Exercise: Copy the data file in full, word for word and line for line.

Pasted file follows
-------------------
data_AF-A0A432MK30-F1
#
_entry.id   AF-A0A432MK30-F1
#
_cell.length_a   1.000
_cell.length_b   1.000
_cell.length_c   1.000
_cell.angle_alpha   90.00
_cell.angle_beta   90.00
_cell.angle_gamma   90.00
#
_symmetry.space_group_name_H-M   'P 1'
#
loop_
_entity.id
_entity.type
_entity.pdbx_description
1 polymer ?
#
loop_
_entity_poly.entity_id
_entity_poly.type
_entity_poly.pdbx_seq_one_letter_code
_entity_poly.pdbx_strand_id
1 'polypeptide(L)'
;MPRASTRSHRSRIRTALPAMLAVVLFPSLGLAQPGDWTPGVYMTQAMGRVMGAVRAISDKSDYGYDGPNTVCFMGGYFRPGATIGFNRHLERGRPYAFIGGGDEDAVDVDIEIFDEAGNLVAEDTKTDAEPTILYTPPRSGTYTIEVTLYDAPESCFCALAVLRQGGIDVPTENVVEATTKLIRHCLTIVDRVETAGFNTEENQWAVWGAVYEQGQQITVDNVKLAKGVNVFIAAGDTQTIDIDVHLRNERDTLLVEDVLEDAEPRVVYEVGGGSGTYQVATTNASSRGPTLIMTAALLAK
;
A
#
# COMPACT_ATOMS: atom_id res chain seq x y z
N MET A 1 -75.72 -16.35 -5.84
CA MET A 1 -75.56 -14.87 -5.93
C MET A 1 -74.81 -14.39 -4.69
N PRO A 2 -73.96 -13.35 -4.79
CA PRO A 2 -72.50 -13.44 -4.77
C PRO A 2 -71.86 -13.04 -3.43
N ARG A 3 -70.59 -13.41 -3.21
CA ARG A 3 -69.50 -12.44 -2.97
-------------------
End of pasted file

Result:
data_AF-A0A432MK30-F1
#
_entry.id   AF-A0A432MK30-F1
#
_cell.length_a   1.000
_cell.length_b   1.000
_cell.length_c   1.000
_cell.angle_alpha   90.00
_cell.angle_beta   90.00
_cell.angle_gamma   90.00
#
_symmetry.space_group_name_H-M   'P 1'
#
loop_
_entity.id
_entity.type
_entity.pdbx_description
1 polymer ?
#
loop_
_entity_poly.entity_id
_entity_poly.type
_entity_poly.pdbx_seq_one_letter_code
_entity_poly.pdbx_strand_id
1 'polypeptide(L)'
;MPRASTRSHRSRIRTALPAMLAVVLFPSLGLAQPGDWTPGVYMTQAMGRVMGAVRAISDKSDYGYDGPNTVCFMGGYFRPGATIGFNRHLERGRPYAFIGGGDEDAVDVDIEIFDEAGNLVAEDTKTDAEPTILYTPPRSGTYTIEVTLYDAPESCFCALAVLRQGGIDVPTENVVEATTKLIRHCLTIVDRVETAGFNTEENQWAVWGAVYEQGQQITVDNVKLAKGVNVFIAAGDTQTIDIDVHLRNERDTLLVEDVLEDAEPRVVYEVGGGSGTYQVATTNASSRGPTLIMTAALLAK
;
A
#
# COMPACT_ATOMS: atom_id res chain seq x y z
N MET A 1 -75.72 -16.35 -5.84
CA MET A 1 -75.56 -14.87 -5.93
C MET A 1 -74.81 -14.39 -4.69
N PRO A 2 -73.96 -13.35 -4.79
CA PRO A 2 -72.50 -13.44 -4.77
C PRO A 2 -71.86 -13.04 -3.43
N ARG A 3 -70.59 -13.41 -3.21
CA ARG A 3 -69.50 -12.44 -2.97